The day they posted it on Hackers News they got to over 50,000 visitors. In December 2016 it hit 1 billion views per month. But ultimately the objective of this open source project was meant to support their developer and designer marketplace.
And promote it did. Unsplash referred over 5 million visitors to Crew, helping push their business beyond their wildest expectations.
So by giving access to free quality stock photographs, they’ve been able to promote the services of their developer marketplace services.
Fairpixels is another great practitioner of this strategy. They are a pay-what-you-can-afford design firm that had lots of unused logo design proposals piling up on their hard drives. So they decided to just give them away, and free up every week their latest rejected logos on their Logodust website.
It’s a pretty neat idea for startups who want a nice logo and have no money. And for those who want a custom design, Fairpixels offers on the to design custom logos for whomever needs them.
By giving startupsaccess to free quality logo designs they redirect those startups who want to get a custom logo to their services.
One last example of a company using open source to promote itself is Brewdog, a scottish craft beer brand that was founded in 2007. They’ve been opening bars and exporting their beers all over the world since.
They’ve also opened their ownership to over 35,000 fans through its equity crowdfunding campaigns, called Equity For Punks, where it offers them several benefits such as discounts in their bars and online purchase of their beers, or the opportunity to attend their Annual Shareholders meeting.
Owned by more than 35,000 beer fans through its game-changing crowdfunding scheme, Equity For Punks, as well as reinvesting its innovations back into the craft community to invigorate a new generation of independent home brewers.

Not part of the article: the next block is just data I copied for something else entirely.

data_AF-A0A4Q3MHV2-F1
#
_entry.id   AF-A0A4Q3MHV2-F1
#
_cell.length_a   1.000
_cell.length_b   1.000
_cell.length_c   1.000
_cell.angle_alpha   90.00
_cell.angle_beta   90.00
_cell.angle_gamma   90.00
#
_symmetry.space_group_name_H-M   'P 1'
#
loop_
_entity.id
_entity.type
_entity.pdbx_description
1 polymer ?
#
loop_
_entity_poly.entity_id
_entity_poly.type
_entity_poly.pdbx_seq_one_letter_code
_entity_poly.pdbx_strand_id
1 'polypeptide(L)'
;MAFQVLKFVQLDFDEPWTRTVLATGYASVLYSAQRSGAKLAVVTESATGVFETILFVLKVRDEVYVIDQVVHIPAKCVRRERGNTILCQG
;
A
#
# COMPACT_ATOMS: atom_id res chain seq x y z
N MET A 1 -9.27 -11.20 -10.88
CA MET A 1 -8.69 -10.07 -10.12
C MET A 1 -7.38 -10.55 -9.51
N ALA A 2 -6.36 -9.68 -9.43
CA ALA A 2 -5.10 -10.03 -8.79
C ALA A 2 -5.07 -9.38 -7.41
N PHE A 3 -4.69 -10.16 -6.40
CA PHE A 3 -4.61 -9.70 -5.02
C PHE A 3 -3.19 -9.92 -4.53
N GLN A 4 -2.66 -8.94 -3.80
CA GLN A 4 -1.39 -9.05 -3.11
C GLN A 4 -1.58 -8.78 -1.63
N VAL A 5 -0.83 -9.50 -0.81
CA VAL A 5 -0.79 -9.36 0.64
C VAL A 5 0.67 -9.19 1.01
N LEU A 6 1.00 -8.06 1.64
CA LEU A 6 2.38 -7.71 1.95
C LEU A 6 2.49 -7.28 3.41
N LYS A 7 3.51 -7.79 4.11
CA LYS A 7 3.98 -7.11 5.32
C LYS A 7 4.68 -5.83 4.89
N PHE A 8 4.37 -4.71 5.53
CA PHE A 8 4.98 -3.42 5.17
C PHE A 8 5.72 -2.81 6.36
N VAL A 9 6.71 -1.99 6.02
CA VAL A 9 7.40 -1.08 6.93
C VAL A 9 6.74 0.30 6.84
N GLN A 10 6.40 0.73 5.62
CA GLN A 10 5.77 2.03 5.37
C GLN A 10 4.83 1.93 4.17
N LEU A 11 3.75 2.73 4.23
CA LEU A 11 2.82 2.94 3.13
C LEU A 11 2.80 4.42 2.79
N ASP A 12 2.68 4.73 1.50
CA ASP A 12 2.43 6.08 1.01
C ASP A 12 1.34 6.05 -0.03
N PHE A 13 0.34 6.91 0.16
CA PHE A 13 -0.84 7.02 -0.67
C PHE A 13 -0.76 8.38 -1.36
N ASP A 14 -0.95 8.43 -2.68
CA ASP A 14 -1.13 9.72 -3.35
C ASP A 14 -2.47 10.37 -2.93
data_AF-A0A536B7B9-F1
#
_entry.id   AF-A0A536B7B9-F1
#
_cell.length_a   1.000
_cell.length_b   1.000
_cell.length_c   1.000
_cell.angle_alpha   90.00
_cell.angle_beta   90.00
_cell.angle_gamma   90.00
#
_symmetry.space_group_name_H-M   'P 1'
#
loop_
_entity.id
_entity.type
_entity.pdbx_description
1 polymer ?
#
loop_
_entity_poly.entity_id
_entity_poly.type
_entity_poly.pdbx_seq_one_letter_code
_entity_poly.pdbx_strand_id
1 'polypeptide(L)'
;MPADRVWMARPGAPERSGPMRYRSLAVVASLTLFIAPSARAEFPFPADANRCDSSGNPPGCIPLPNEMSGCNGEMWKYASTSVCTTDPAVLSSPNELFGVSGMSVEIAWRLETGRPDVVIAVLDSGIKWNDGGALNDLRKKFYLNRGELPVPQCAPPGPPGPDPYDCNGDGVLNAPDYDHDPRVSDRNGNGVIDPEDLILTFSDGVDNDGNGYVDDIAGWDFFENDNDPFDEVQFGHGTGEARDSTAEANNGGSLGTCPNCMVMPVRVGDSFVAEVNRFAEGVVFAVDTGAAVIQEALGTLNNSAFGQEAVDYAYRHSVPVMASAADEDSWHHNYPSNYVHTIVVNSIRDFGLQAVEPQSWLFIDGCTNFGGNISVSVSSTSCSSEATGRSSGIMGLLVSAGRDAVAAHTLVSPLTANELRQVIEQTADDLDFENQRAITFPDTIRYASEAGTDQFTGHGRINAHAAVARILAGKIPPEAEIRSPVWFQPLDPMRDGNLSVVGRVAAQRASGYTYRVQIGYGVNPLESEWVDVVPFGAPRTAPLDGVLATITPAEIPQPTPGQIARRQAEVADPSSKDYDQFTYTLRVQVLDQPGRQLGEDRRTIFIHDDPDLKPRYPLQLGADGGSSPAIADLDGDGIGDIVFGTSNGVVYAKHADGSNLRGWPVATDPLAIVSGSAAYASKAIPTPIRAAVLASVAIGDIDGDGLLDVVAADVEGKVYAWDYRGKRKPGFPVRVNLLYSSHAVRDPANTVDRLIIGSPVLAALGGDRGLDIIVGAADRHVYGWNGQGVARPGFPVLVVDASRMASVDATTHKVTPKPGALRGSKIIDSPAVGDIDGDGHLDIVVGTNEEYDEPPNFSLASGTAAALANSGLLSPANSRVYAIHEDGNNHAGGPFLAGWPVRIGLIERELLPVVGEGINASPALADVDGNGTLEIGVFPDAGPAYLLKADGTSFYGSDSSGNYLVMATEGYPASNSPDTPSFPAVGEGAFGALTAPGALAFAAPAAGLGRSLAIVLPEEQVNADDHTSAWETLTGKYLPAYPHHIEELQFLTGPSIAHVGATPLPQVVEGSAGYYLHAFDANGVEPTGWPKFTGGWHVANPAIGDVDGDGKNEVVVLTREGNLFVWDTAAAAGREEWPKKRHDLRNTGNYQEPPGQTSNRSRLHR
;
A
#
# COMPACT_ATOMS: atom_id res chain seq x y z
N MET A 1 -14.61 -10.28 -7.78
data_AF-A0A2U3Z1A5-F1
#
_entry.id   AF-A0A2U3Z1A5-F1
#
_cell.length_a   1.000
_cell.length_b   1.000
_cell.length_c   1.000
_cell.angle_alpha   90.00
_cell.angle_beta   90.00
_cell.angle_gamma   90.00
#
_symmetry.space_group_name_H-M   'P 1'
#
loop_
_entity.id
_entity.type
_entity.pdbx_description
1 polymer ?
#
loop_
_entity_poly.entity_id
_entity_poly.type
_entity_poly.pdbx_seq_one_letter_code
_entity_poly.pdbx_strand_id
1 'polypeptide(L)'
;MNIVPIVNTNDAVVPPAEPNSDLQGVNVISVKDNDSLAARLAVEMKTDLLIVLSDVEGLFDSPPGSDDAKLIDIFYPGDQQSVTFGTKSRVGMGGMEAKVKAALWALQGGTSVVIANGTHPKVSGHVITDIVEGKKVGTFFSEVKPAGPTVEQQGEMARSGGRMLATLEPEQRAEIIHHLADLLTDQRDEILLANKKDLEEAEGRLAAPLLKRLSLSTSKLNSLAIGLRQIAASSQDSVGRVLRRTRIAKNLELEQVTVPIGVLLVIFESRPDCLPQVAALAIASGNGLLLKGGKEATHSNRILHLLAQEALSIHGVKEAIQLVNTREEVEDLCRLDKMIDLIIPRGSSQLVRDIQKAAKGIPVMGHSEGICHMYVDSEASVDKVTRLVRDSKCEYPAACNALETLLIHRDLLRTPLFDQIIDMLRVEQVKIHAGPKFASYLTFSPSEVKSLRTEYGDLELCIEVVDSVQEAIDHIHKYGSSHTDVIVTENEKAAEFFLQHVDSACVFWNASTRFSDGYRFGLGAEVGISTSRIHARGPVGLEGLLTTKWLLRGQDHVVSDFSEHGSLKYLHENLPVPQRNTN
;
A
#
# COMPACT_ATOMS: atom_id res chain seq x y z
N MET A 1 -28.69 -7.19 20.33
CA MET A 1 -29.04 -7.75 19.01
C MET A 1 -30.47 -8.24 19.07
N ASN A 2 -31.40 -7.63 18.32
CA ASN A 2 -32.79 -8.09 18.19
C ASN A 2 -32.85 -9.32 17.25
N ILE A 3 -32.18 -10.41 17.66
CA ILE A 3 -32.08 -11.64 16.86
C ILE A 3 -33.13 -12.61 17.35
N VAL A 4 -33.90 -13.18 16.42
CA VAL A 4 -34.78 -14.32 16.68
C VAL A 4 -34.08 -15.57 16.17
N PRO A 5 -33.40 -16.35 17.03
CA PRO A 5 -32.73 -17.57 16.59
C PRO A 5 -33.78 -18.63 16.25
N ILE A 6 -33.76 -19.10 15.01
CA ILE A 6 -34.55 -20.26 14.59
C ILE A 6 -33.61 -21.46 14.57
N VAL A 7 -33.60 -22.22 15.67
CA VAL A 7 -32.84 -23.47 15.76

In 2016 they “open sourced” over 200 of their craft beer recipes to promote inclusivity and to help strengthen their home brewing community and their beer evangelism.
This has been argued to be a publicity stunt to help their equity crowdfunding campaign. It certainly doesn’t hurt, but the point is that they have published their recipes in a way that can benefit the community as a whole. If it can reinforce their home brewing mission, all the better. To me that looks like a win-win situation for Brewdog and for the craft beer fans who want to experiment and learn from their experience.
By creating opportunities for fans and professionals to learn how to make professional craft beer and to remix BrewDog’s recipes, they’ve driven more people to buy their beer at their bars and to invest into their crowd-equity campaign.
Open Source solutions greasing the slide for users to become clients
You know when is the right moment to offer a paying service? Once you’ve helped others make money for themselves.
WordPress has allowed loads of people to make money with their blogs and websites. It has enabled nearly 77 million people to get their website up and running. WordPress has empowered them to spread their ideas, run businesses, set e-commerce websites, sell course, themes, plugins or to get hired as freelancers.